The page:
Commentary

Improving careers provision in education

Laura Bell

As part of the annual National Careers Week, Laura Bell, Director of Careers at Education Development Trust, looks at what the government's Careers Strategy looks like on the ground. Laura is also President of the Careers Development Institute, the membership organisation for career professionals in the UK.

As it is National Careers Week, now is as good a time as any to reflect on the state of the nation when it comes to career guidance. With the government’s Careers Strategy over a year old, how well has the blueprint for building a Britain fit for the future been embedded and what is the reality on the ground?

Excellence in provision

The Careers Strategy is based on strong foundations and that means getting career guidance right from the start. The strategy draws heavily on the Gatsby Career Benchmarks, referring to them as ‘setting world class standards’ and I would wholeheartedly agree. The results of the pilot whereby the benchmarks were integrated into school and college careers guidance provision in the north east of England were hugely positive resulting in transformational changes to schools’ career programmes. It demonstrated the impact that can be achieved when there is a clear focus on driving through change. The strategy offers the opportunity for school leaders to take a proactive lead on adopting principles and practices that will positively impact on the futures of the young people that they work with.

However, it appears that despite all the productive strategic progress, schools and colleges could still potentially face a challenge in meeting all eight of the Gatsby benchmarks by the end of 2020.

A recent report from the Institute for Public Policy Research warned that two-thirds of secondary schools are still not compliant with their statutory duties and a subsequent freedom of information request by Schools Week highlighted that the Department for Education took no action against schools that ignored their careers duties. As a careers practitioner and an ambassador for excellent careers provision, I think more still needs to be done to increase the importance of good careers guidance within educational institutions.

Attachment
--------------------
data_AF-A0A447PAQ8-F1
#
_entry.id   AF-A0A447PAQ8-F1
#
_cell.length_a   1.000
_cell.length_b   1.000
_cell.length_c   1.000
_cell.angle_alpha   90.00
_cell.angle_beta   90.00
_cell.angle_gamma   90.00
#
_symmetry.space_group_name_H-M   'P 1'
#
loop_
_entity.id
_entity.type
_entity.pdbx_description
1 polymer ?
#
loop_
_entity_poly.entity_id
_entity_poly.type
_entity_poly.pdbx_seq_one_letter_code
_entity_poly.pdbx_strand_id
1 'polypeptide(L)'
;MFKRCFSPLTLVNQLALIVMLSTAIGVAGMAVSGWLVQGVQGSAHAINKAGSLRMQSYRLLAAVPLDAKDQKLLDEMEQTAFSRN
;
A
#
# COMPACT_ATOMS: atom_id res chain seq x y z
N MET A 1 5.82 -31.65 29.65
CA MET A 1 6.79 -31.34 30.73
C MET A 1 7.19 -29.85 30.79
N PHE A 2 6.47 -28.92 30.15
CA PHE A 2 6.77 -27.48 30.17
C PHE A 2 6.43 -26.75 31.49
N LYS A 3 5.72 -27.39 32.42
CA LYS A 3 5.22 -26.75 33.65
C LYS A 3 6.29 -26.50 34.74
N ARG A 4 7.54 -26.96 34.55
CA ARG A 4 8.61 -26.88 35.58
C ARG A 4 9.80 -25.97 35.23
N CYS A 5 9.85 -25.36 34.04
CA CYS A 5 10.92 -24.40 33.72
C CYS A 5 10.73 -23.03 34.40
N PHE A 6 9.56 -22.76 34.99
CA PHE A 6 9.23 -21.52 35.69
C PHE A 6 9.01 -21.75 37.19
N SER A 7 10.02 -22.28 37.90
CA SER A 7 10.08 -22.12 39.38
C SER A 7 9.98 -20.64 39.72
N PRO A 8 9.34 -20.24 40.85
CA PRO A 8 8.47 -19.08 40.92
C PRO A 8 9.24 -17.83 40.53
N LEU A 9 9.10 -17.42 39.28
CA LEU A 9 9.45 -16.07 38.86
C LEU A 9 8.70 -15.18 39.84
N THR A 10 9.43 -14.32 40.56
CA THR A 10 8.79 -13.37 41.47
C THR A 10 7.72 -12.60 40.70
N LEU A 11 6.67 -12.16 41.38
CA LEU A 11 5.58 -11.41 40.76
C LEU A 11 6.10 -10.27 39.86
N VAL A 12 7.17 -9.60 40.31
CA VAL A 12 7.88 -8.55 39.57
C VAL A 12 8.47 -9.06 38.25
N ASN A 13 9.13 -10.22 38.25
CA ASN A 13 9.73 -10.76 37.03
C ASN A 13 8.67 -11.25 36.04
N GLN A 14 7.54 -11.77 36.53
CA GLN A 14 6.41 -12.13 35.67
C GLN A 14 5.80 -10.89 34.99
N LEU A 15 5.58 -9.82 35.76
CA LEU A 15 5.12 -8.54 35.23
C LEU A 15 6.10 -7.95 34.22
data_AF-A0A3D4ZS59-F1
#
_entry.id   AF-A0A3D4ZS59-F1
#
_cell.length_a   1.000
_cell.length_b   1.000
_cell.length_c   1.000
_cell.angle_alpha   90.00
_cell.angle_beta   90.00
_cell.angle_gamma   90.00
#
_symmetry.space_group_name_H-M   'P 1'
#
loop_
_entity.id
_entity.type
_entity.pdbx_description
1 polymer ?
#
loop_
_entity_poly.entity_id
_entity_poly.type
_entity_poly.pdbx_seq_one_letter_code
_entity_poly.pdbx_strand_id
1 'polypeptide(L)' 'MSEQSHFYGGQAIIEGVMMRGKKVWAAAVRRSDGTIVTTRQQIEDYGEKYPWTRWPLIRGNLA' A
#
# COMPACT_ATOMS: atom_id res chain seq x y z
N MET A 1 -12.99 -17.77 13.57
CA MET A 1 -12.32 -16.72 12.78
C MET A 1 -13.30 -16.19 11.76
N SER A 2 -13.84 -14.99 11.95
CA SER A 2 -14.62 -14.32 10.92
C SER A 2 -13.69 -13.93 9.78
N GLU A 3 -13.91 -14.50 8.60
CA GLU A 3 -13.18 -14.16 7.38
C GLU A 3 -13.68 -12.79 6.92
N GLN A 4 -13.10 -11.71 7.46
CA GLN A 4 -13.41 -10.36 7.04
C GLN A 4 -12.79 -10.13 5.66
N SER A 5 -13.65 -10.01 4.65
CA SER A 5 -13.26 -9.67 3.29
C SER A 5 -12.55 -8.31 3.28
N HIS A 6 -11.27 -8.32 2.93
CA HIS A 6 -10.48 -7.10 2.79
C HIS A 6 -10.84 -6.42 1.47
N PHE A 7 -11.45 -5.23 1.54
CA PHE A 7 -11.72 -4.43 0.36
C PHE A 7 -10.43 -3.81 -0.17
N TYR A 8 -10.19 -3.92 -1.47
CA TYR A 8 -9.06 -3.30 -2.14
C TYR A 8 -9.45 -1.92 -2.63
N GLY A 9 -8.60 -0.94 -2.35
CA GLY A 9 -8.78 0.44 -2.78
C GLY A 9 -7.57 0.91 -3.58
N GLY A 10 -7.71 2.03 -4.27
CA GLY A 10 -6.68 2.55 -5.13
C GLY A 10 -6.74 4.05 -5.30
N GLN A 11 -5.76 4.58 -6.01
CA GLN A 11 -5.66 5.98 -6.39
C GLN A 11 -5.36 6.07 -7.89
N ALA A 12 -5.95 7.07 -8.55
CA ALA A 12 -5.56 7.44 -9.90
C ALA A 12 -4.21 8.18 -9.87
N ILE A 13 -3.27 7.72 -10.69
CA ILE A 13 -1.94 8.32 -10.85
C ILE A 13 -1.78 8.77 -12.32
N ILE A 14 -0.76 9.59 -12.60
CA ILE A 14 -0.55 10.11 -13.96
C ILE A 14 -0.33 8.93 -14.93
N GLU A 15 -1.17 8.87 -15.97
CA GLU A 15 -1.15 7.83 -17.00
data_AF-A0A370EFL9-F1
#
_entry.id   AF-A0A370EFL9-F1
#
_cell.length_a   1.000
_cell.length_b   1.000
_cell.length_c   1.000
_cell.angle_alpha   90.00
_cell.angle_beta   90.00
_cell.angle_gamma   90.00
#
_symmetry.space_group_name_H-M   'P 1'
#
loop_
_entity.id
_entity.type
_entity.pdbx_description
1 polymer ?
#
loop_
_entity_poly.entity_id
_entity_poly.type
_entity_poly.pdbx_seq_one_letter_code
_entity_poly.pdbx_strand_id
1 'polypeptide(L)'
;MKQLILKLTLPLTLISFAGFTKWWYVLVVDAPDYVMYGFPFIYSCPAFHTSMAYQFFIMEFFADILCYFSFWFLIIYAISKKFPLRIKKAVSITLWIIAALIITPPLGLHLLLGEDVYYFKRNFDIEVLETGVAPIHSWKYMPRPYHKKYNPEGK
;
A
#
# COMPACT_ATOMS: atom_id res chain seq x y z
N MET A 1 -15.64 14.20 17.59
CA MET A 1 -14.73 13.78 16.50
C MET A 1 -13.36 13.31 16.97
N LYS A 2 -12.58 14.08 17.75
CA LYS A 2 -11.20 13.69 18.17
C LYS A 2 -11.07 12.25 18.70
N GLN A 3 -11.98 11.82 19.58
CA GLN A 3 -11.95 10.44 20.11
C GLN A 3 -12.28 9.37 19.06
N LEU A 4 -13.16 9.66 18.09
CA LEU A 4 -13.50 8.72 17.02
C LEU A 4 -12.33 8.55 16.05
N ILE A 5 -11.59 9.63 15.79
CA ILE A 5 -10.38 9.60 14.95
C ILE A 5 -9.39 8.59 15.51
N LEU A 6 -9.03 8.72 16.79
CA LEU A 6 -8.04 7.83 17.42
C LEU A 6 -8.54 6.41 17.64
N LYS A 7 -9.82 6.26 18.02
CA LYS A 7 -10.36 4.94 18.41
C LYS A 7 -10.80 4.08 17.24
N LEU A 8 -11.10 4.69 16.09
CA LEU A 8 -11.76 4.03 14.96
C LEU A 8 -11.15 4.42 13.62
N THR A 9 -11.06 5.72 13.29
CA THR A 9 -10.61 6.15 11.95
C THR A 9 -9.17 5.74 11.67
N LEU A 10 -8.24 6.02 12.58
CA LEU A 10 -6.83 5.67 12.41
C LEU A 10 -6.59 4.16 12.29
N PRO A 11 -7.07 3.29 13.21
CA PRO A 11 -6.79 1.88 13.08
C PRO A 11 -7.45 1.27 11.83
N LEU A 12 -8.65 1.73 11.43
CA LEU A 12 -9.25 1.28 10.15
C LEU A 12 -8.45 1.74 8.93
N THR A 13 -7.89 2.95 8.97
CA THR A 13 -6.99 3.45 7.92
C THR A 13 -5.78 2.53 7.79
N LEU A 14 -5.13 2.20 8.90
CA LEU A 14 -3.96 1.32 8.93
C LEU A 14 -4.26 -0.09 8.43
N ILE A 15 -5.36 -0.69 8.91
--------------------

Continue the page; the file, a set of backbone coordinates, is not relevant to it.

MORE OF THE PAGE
A clear framework

With the Careers Strategy and the enabling Gatsby Benchmarks, we have a clear national careers framework with evidence of what can be achieved; what we now need is to use these to help schools and colleges rise to the challenge of making careers guidance a priority within their institutions. We need to work with educational establishments to help them integrate careers throughout the curriculum – and not just view it as a bolt-on activity to meet statutory requirements. We also need to ensure that schools and colleges can access high quality, impartial guidance from a qualified practitioner – whether that’s by training in-house teaching staff or bringing in external support.

I am attending an event at the House of Commons tomorrow that will focus on the future of apprenticeships, skills and careers guidance and, as ever, I will be passionately vocal on continuing to the drive forward the careers agenda at government level – while ensuring that what is proposed is practicable on the ground. We have a really solid starting point and now the responsibility lies with us to make the vision a reality.